Moses has not finished asking questions yet. He has assured himself of God’s presence for the way he must go. There is rest. From that rest he now asks to see the glory of the LORD. This goes beyond asking for His way. Going the way of and with God is the way that gives sight of the glory of God. Seeing God’s glory is also more than what he saw of God on Mount Sinai. There he saw the holiness of God.
God tells him that he will see His glory. Moses asks, “Show me Your glory!” The LORD answers that He will show all His goodness. God’s goodness is His glory. He wants us to know Him by the glory of His grace, more than by the glory of His majesty. The prophet Hosea speaks of a time when the Israelites will “come trembling to the LORD and to His goodness” (Hosea 3:5).
The special thing about the glory of God’s goodness is its sovereignty. We see this sovereignty in that He will be gracious to whom He will be gracious. He is the sovereign Owner of every human being and completely free to make distinctions in granting His grace. Nowhere do we read that He says “I will be angry with whom I will be angry,” for His anger is always righteous and holy. He never destines to judgment, because judgment is something man makes himself worthy of.
Paul quotes what God says of Himself to Moses here in response to those who accuse God of injustice. They find it unjust that He gives His grace to some, while righteously withholding that grace from others (Romans 9:15; Romans 9:18).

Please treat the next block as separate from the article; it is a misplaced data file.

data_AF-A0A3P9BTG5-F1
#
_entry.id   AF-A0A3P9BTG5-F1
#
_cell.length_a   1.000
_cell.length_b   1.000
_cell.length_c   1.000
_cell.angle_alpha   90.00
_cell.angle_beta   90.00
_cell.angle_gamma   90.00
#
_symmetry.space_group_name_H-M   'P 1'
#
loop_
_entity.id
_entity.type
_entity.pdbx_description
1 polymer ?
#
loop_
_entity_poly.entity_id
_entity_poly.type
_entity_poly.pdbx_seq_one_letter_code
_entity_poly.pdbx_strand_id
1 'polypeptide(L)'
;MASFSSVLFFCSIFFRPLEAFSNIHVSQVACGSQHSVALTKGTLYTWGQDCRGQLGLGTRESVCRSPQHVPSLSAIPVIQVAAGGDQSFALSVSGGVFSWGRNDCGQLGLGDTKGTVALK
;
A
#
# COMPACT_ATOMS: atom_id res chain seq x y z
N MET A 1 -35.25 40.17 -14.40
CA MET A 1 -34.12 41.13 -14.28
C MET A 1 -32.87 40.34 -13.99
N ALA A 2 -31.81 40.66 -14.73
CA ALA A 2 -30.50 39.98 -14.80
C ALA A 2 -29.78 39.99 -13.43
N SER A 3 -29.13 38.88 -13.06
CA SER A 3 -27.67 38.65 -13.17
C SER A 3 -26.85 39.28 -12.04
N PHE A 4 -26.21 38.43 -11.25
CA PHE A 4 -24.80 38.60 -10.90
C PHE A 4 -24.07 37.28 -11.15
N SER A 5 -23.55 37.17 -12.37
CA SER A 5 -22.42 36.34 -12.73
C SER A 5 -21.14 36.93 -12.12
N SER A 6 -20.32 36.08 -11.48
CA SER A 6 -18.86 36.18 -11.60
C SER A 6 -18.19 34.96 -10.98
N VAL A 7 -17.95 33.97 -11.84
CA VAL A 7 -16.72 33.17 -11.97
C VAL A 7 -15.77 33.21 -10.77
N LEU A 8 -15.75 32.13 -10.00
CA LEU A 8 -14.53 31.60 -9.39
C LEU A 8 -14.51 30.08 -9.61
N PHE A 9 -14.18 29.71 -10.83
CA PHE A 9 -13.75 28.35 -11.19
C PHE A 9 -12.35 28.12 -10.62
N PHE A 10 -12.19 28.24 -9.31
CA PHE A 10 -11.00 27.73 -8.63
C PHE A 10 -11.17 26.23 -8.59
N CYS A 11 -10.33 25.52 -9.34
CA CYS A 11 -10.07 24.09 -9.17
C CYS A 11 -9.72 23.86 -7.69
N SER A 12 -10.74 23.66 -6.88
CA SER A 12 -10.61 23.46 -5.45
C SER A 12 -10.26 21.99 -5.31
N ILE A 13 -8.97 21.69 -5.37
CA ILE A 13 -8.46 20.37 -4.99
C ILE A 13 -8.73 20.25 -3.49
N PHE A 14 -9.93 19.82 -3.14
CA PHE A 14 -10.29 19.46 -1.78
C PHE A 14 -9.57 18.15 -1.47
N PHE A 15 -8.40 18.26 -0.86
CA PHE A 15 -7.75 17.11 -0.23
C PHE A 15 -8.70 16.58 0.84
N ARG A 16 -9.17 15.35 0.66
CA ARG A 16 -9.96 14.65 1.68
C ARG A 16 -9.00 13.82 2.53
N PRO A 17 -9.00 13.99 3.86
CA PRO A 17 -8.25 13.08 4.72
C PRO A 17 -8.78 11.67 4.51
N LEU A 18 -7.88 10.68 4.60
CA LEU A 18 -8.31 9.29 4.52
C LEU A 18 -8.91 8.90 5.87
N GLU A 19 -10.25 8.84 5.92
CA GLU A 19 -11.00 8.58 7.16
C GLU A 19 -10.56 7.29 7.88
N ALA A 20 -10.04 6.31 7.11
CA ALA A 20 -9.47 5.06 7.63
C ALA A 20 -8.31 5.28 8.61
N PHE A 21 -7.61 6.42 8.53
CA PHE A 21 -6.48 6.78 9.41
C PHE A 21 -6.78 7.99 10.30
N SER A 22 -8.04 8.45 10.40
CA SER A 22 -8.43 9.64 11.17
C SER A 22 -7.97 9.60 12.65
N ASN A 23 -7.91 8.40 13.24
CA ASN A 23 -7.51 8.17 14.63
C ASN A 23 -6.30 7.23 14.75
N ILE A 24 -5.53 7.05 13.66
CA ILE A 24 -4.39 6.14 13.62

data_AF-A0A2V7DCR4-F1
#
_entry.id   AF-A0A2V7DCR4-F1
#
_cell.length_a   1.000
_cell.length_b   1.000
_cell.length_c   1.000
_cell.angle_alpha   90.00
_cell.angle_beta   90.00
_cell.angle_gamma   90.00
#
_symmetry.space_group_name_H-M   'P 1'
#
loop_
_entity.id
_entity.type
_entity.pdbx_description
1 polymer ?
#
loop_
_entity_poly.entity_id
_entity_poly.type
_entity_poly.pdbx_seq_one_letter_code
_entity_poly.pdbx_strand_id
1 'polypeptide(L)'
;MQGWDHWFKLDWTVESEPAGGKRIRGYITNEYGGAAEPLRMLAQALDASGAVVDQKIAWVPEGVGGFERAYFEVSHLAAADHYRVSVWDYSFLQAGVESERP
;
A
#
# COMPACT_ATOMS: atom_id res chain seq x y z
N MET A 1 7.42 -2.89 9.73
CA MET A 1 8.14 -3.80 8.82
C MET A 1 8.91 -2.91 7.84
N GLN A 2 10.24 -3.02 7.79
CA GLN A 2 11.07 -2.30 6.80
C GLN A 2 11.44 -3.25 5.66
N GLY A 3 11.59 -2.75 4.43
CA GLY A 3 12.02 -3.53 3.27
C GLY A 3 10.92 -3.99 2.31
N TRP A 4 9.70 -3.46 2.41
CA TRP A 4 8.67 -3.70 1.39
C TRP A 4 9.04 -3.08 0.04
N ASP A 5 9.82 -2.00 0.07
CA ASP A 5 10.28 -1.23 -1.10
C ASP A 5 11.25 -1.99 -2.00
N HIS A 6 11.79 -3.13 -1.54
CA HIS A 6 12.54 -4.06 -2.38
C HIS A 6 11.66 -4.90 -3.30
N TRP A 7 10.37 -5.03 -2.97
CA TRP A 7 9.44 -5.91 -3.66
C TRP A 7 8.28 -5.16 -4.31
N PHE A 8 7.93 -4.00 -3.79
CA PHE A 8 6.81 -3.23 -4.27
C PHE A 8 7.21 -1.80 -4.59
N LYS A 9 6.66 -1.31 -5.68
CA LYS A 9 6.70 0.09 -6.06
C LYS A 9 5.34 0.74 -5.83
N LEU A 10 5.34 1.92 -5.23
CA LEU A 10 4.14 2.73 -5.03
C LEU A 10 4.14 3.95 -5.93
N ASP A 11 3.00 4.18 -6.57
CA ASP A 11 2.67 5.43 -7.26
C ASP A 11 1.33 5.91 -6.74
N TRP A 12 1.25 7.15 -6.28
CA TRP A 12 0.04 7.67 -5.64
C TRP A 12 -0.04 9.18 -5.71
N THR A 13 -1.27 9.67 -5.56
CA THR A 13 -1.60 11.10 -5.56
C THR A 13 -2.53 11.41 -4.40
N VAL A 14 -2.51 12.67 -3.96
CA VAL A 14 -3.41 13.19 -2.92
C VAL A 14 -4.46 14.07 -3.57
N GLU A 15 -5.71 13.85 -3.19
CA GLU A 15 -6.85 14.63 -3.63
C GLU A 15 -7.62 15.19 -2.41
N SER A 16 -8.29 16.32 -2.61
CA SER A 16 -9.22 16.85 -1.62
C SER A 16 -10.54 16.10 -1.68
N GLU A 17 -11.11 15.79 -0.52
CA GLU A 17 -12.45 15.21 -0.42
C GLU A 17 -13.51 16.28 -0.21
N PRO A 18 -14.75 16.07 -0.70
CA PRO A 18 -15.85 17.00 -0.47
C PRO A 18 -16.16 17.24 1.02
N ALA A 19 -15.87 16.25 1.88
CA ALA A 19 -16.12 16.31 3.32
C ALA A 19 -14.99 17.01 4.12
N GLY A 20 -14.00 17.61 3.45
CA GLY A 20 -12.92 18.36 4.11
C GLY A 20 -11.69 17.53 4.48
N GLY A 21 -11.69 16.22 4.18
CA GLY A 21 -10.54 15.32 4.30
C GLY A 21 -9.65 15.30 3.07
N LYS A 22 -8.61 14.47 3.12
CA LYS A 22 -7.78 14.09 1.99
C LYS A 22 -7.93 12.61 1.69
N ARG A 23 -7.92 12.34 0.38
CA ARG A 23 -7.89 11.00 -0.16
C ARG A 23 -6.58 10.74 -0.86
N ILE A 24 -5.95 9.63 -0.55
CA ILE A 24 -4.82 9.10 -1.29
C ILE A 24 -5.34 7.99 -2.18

Yet Moses does not get to see the glory of the LORD in full, but only a part of it, and standing on the rock in the cleft of the rock. In the Old Testament, God’s glory can only be seen in a limited way. At that time God cannot yet show what He showed in Christ later on. In Him God’s righteousness and God’s love have become perfectly visible. Christ can say: “He who has seen Me has seen the Father” (John 14:9).
The rock is a picture of Christ (1 Corinthians 10:4). Moses must stand on that basis to see God’s glory. He has to disappear completely into it. Christ is “the image of the invisible God” (Colossians 1:15).
Moses can only see the glory of God if He has passed him by. We can only see the glory of God when He has gone His way. We also see that in Christ. We look back at a completed work on the cross where the perfect revelation of God as light and love has become visible.
Kingcomments on the Whole Bible © 2021 Author: G. de Koning. All rights reserved. Used with the permission of the author
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de Koning, Ger. Commentaar op Exodus 33". "Kingcomments on the Whole Bible". https://studylight.org/